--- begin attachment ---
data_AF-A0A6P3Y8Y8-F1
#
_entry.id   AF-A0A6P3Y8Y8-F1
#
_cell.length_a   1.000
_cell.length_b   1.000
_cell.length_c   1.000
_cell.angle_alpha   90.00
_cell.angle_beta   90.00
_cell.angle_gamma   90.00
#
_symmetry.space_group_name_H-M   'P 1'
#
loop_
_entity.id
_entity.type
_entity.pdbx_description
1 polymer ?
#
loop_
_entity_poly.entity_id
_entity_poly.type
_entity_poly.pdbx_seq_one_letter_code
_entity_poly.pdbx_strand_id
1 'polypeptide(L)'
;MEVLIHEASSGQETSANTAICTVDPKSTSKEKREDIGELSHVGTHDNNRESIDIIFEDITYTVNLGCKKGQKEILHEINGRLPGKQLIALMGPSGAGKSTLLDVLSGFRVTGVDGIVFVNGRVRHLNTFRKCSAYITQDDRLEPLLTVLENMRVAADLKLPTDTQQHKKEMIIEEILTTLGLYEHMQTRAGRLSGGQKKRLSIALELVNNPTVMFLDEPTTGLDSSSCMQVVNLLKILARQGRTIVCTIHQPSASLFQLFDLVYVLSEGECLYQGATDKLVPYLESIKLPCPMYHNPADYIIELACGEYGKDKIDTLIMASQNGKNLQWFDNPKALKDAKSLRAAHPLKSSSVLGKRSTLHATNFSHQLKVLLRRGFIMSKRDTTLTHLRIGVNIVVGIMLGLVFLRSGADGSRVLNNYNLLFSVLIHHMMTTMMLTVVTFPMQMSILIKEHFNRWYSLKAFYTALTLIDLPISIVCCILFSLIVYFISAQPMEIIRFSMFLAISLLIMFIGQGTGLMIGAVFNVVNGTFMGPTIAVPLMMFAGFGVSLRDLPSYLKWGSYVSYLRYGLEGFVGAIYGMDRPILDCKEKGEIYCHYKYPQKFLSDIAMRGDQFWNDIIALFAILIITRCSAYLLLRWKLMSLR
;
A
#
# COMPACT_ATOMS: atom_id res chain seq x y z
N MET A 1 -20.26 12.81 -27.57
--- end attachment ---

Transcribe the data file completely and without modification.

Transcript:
data_AF-A0A6P3Y8Y8-F1
#
_entry.id   AF-A0A6P3Y8Y8-F1
#
_cell.length_a   1.000
_cell.length_b   1.000
_cell.length_c   1.000
_cell.angle_alpha   90.00
_cell.angle_beta   90.00
_cell.angle_gamma   90.00
#
_symmetry.space_group_name_H-M   'P 1'
#
loop_
_entity.id
_entity.type
_entity.pdbx_description
1 polymer ?
#
loop_
_entity_poly.entity_id
_entity_poly.type
_entity_poly.pdbx_seq_one_letter_code
_entity_poly.pdbx_strand_id
1 'polypeptide(L)'
;MEVLIHEASSGQETSANTAICTVDPKSTSKEKREDIGELSHVGTHDNNRESIDIIFEDITYTVNLGCKKGQKEILHEINGRLPGKQLIALMGPSGAGKSTLLDVLSGFRVTGVDGIVFVNGRVRHLNTFRKCSAYITQDDRLEPLLTVLENMRVAADLKLPTDTQQHKKEMIIEEILTTLGLYEHMQTRAGRLSGGQKKRLSIALELVNNPTVMFLDEPTTGLDSSSCMQVVNLLKILARQGRTIVCTIHQPSASLFQLFDLVYVLSEGECLYQGATDKLVPYLESIKLPCPMYHNPADYIIELACGEYGKDKIDTLIMASQNGKNLQWFDNPKALKDAKSLRAAHPLKSSSVLGKRSTLHATNFSHQLKVLLRRGFIMSKRDTTLTHLRIGVNIVVGIMLGLVFLRSGADGSRVLNNYNLLFSVLIHHMMTTMMLTVVTFPMQMSILIKEHFNRWYSLKAFYTALTLIDLPISIVCCILFSLIVYFISAQPMEIIRFSMFLAISLLIMFIGQGTGLMIGAVFNVVNGTFMGPTIAVPLMMFAGFGVSLRDLPSYLKWGSYVSYLRYGLEGFVGAIYGMDRPILDCKEKGEIYCHYKYPQKFLSDIAMRGDQFWNDIIALFAILIITRCSAYLLLRWKLMSLR
;
A
#
# COMPACT_ATOMS: atom_id res chain seq x y z
N MET A 1 -20.26 12.81 -27.57